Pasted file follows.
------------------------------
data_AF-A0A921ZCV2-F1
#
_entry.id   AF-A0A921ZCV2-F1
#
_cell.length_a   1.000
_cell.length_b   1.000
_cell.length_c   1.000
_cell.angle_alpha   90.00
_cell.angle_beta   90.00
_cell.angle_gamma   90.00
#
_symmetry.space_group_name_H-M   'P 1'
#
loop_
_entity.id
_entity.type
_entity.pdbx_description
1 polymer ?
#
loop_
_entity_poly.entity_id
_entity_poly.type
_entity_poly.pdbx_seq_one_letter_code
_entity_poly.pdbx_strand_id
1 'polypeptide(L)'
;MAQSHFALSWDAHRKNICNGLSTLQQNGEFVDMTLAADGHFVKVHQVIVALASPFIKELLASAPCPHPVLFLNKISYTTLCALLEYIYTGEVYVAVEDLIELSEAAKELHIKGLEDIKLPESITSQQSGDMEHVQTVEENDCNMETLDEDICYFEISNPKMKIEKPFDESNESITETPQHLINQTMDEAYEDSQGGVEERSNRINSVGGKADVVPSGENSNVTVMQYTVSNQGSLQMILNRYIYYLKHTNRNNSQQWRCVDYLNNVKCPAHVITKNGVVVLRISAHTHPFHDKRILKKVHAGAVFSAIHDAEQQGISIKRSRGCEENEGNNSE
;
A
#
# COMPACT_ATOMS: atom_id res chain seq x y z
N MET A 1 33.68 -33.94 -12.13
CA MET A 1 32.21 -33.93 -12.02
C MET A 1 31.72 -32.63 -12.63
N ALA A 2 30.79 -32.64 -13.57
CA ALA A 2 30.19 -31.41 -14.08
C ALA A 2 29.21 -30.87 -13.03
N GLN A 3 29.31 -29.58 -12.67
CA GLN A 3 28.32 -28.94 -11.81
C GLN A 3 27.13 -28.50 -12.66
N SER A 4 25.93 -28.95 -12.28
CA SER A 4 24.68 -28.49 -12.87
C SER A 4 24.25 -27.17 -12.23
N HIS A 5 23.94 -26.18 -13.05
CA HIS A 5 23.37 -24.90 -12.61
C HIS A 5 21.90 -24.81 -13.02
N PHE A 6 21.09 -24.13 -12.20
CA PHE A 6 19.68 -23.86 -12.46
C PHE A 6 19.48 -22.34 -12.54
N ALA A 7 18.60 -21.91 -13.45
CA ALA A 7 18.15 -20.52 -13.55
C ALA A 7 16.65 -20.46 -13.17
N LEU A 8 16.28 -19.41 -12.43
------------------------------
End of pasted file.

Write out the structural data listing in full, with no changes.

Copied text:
data_AF-A0A921ZCV2-F1
#
_entry.id   AF-A0A921ZCV2-F1
#
_cell.length_a   1.000
_cell.length_b   1.000
_cell.length_c   1.000
_cell.angle_alpha   90.00
_cell.angle_beta   90.00
_cell.angle_gamma   90.00
#
_symmetry.space_group_name_H-M   'P 1'
#
loop_
_entity.id
_entity.type
_entity.pdbx_description
1 polymer ?
#
loop_
_entity_poly.entity_id
_entity_poly.type
_entity_poly.pdbx_seq_one_letter_code
_entity_poly.pdbx_strand_id
1 'polypeptide(L)'
;MAQSHFALSWDAHRKNICNGLSTLQQNGEFVDMTLAADGHFVKVHQVIVALASPFIKELLASAPCPHPVLFLNKISYTTLCALLEYIYTGEVYVAVEDLIELSEAAKELHIKGLEDIKLPESITSQQSGDMEHVQTVEENDCNMETLDEDICYFEISNPKMKIEKPFDESNESITETPQHLINQTMDEAYEDSQGGVEERSNRINSVGGKADVVPSGENSNVTVMQYTVSNQGSLQMILNRYIYYLKHTNRNNSQQWRCVDYLNNVKCPAHVITKNGVVVLRISAHTHPFHDKRILKKVHAGAVFSAIHDAEQQGISIKRSRGCEENEGNNSE
;
A
#
# COMPACT_ATOMS: atom_id res chain seq x y z
N MET A 1 33.68 -33.94 -12.13
CA MET A 1 32.21 -33.93 -12.02
C MET A 1 31.72 -32.63 -12.63
N ALA A 2 30.79 -32.64 -13.57
CA ALA A 2 30.19 -31.41 -14.08
C ALA A 2 29.21 -30.87 -13.03
N GLN A 3 29.31 -29.58 -12.67
CA GLN A 3 28.32 -28.94 -11.81
C GLN A 3 27.13 -28.50 -12.66
N SER A 4 25.93 -28.95 -12.28
CA SER A 4 24.68 -28.49 -12.87
C SER A 4 24.25 -27.17 -12.23
N HIS A 5 23.94 -26.18 -13.05
CA HIS A 5 23.37 -24.90 -12.61
C HIS A 5 21.90 -24.81 -13.02
N PHE A 6 21.09 -24.13 -12.20
CA PHE A 6 19.68 -23.86 -12.46
C PHE A 6 19.48 -22.34 -12.54
N ALA A 7 18.60 -21.91 -13.45
CA ALA A 7 18.15 -20.52 -13.55
C ALA A 7 16.65 -20.46 -13.17
N LEU A 8 16.28 -19.41 -12.43